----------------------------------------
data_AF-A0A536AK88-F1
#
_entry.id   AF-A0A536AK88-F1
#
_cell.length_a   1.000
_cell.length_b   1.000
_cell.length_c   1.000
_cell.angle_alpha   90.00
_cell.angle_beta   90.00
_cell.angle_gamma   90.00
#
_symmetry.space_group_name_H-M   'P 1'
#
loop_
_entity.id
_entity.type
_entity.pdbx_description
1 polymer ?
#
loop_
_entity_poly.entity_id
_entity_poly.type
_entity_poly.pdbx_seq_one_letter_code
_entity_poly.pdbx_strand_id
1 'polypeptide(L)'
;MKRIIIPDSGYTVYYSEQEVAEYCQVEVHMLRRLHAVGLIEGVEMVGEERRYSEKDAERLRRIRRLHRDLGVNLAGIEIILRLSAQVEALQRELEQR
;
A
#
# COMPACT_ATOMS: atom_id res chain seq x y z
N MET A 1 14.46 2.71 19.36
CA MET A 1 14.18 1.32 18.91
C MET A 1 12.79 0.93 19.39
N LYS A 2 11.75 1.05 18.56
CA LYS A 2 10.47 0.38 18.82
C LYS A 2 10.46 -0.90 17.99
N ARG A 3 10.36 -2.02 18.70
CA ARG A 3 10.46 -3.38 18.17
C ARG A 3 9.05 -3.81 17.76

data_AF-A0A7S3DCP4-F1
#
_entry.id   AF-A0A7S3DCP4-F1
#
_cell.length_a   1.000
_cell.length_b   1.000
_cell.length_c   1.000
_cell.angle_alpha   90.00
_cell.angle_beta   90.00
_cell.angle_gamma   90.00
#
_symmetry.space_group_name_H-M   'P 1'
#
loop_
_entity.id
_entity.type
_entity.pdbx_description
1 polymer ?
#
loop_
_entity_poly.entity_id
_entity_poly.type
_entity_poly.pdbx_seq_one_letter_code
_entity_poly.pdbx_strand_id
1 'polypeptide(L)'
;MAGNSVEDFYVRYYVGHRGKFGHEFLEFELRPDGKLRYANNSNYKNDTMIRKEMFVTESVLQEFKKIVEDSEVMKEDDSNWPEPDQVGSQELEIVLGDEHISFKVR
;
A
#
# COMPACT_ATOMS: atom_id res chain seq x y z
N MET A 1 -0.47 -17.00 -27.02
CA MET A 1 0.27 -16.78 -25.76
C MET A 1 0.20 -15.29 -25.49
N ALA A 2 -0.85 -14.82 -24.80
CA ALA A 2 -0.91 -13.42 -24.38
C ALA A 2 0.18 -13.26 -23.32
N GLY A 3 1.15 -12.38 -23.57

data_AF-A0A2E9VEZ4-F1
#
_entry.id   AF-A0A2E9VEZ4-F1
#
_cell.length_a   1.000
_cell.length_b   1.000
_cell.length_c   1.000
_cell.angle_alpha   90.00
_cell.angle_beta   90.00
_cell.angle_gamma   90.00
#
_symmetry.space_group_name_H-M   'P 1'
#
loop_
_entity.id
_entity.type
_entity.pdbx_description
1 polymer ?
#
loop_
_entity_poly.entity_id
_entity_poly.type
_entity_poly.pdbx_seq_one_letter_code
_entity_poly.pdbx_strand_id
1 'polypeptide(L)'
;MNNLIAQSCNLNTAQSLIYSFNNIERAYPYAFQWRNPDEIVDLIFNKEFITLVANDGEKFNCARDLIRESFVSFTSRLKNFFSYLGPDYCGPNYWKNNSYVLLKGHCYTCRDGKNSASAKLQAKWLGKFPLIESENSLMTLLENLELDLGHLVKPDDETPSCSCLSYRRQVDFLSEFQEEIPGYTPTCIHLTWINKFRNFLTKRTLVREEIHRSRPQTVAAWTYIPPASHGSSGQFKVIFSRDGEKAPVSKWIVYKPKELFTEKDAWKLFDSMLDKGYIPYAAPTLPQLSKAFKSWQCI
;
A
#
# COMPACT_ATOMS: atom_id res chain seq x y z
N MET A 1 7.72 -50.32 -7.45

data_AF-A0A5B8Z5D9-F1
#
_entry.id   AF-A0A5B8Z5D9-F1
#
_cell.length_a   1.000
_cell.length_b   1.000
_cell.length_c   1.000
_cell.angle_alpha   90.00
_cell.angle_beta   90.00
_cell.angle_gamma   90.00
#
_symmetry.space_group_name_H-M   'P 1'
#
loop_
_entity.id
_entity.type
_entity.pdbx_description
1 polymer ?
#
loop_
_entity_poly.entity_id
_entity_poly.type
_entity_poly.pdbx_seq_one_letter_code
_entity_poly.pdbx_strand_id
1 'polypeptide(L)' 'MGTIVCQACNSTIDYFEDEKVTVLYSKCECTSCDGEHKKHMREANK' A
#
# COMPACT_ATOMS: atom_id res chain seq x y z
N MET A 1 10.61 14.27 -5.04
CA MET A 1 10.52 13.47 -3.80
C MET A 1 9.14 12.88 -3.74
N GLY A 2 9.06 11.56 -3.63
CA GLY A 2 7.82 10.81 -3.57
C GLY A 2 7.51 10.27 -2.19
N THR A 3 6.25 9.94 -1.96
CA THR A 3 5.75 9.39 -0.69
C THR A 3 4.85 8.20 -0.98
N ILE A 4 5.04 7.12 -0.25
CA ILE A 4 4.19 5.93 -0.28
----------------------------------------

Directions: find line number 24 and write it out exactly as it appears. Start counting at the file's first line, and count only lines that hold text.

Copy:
_entity_poly.pdbx_strand_id